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Q11. What discount rate did you use? A11. We have used a discount rate of 6%.

Q12. Why is that discount rate preferable to the Cal-Am assumption in the common model? A12. Cal-Am’s 12% discount rate in the common financial model released January 3, 2013 is simply indefensible. Discount rates are generally supposed to be reflective of the obligor’s opportunity cost. In fact, in more normal interest rate environments, we would use our client’s pooled investment rate for discounting purposes. In other words, a rate at which the borrower could invest idle funds. It’s a bit trickier in this rate environment that reflects the Fed’s near-zero interest rate policies. For example, LAIF, the Local Agency

Investment Fund managed by the State Treasurer for idle local cash is yielding 30 basis points, or .30%. We note that the Department of Water Resources generally uses a

discount rate of 6%for project analysis. See also the supplemental testimony of Mr. Stoldt on this topic.

Q13. What if SRF is used for Cal-Am’s debt? How does this affect your analysis? A13. As discussed above, SRF debt would be very beneficial to ratepayers. For example, in the case we analyzed (9.6MGD/High End Capital Cost, excluding Cal-Am only facilities, with a surcharge) replacing $87 million of Cal-Am corporate debt at an assumed cost of 5%, with a like amount of SRF debt at 2%, reduces the present value of the revenue requirement by $11.6 million, using a 6% discount rate.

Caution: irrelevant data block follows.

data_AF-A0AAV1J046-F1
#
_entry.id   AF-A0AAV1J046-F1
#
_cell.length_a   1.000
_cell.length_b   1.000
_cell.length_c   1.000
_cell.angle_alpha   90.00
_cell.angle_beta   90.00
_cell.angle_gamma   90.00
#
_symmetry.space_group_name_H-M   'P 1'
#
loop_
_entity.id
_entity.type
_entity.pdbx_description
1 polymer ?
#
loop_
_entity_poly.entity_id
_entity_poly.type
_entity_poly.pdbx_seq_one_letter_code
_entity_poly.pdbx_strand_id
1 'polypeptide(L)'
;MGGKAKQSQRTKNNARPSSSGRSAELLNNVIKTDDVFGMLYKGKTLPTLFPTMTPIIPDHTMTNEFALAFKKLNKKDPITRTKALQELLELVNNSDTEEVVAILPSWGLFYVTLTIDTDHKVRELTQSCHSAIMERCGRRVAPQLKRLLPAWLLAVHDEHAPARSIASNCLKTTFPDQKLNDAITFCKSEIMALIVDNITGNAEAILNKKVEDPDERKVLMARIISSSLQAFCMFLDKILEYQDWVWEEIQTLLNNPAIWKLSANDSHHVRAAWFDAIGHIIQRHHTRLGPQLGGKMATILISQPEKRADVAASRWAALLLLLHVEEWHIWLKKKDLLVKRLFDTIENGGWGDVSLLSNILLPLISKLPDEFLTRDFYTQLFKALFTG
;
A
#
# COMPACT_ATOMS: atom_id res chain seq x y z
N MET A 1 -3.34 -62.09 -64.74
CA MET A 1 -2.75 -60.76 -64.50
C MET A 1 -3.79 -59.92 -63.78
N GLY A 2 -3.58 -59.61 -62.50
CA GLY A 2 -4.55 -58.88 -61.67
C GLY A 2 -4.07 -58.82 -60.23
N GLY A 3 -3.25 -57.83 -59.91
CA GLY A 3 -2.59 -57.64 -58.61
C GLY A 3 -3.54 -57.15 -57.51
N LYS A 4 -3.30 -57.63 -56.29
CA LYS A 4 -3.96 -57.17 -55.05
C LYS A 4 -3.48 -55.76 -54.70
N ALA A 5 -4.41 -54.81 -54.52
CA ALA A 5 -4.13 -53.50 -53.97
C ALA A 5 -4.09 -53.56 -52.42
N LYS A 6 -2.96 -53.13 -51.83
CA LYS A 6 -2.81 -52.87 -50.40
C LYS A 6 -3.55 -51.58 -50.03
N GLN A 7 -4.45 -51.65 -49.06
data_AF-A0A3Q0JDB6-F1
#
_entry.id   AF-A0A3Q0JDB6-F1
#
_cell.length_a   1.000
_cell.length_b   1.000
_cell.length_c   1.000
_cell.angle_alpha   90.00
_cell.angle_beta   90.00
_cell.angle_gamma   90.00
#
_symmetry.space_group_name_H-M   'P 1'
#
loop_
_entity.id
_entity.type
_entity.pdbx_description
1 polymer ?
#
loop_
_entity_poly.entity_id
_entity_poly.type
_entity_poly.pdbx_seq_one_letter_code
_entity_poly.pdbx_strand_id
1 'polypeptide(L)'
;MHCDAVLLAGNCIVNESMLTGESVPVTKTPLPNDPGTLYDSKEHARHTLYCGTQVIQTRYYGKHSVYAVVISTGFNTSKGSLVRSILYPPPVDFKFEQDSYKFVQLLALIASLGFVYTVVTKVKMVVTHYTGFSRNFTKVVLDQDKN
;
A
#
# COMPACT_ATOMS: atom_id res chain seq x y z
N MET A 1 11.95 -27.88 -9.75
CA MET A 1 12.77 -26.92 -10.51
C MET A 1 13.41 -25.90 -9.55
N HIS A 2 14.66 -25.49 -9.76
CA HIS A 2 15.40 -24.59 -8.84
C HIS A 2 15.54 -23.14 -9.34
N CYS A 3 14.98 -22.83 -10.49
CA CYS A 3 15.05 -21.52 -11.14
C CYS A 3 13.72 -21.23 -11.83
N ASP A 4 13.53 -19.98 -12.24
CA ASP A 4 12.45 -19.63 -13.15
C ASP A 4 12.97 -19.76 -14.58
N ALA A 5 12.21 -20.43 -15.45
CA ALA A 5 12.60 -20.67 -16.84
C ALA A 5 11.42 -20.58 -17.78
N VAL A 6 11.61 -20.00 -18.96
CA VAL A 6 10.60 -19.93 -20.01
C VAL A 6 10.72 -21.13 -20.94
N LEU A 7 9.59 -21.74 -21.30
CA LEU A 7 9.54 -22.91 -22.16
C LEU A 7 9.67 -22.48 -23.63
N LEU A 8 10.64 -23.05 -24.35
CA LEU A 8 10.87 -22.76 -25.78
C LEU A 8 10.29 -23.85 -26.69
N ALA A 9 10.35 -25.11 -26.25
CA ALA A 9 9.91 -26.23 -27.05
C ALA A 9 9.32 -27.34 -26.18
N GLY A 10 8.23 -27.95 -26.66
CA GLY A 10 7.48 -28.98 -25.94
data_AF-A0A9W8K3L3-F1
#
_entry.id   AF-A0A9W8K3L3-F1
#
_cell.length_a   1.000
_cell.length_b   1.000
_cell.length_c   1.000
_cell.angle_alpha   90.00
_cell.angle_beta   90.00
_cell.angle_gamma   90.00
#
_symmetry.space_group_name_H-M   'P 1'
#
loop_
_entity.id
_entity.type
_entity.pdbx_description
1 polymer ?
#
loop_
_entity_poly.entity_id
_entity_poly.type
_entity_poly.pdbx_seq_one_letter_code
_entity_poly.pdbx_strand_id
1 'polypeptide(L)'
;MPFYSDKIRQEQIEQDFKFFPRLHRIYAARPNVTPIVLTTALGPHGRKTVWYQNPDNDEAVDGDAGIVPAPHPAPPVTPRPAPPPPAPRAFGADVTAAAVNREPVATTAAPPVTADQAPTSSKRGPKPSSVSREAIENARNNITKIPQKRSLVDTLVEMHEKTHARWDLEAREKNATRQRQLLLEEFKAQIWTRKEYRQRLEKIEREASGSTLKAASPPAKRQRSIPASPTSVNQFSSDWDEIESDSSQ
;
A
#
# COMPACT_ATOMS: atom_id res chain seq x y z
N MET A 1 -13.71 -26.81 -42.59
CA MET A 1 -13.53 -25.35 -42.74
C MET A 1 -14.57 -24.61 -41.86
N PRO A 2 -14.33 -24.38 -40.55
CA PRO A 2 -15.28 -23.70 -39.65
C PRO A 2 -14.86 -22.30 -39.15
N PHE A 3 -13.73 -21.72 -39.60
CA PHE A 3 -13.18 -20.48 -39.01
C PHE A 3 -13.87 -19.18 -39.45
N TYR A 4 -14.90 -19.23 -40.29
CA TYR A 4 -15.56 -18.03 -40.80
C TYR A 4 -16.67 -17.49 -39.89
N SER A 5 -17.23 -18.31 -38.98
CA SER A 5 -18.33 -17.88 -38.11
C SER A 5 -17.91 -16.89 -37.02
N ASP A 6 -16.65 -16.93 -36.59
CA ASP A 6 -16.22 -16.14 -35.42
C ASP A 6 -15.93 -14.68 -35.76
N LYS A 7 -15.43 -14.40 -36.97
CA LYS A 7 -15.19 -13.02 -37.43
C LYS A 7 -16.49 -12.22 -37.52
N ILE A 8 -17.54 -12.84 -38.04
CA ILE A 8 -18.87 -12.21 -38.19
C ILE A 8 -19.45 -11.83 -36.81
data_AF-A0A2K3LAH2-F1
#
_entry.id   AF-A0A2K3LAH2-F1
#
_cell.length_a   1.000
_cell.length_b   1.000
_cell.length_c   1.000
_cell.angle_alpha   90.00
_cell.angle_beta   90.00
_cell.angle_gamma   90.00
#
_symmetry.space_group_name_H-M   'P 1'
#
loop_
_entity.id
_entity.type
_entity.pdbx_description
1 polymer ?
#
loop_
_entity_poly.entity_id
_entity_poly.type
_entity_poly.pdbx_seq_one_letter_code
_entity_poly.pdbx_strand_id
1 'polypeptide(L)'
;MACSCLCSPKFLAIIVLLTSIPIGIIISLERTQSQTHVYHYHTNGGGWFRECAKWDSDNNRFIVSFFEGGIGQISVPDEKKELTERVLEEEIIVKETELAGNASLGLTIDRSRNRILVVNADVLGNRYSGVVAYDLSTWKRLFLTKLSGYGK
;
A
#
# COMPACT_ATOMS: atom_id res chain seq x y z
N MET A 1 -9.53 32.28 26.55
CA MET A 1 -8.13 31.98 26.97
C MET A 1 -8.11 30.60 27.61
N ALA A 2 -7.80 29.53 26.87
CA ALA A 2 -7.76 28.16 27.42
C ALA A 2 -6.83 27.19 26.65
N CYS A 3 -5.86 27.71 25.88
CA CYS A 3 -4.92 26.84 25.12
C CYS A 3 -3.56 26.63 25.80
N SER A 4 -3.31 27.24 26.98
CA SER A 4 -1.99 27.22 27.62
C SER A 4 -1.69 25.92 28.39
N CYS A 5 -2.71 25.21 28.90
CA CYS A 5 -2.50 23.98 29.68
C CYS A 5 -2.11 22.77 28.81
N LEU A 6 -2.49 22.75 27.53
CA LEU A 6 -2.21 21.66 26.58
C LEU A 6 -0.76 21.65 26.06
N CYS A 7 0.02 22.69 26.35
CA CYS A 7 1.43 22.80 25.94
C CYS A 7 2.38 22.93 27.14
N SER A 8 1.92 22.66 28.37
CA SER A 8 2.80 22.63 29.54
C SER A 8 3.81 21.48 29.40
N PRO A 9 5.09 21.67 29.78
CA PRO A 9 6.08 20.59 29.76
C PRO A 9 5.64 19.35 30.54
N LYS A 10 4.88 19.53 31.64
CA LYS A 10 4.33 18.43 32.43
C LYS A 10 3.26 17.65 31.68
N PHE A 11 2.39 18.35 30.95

Q14. Could interest rates rise or the relationship between taxable and tax-exempt interest rates change by the time the debt is issued? If so, how might this affect your analysis? A14. Yes. Interest rates remain near historic lows. The 10-year Treasury bond is currently hovering near 2%. Before the Lehman Brothers bankruptcy in September 2008, the 10year was at 3.97%. Traditionally, as interest rates decline, the relationship between taxable
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and tax-exempts compresses. Before the financial crisis of 2008-09, long-term municipal debt (“munis”) generally averaged 85% of taxable debt. Hence, if 30 year Treasuries were at 6%, a high grade muni would be at roughly 5%. One consequence of the crash was that investors realized that munis lack the liquidity characteristics of Treasuries. As a result, for a few years now, muni rates, despite their tax-exemption, have been above Treasury rates. We strongly recommend that the final decision on the precise capital structure be determined at a date much closer to when the project is ready to be financed. We would recommend evaluating market conditions and relative costs six months before permanent financing, as the financing can easily be assembled in 4-5 months of time.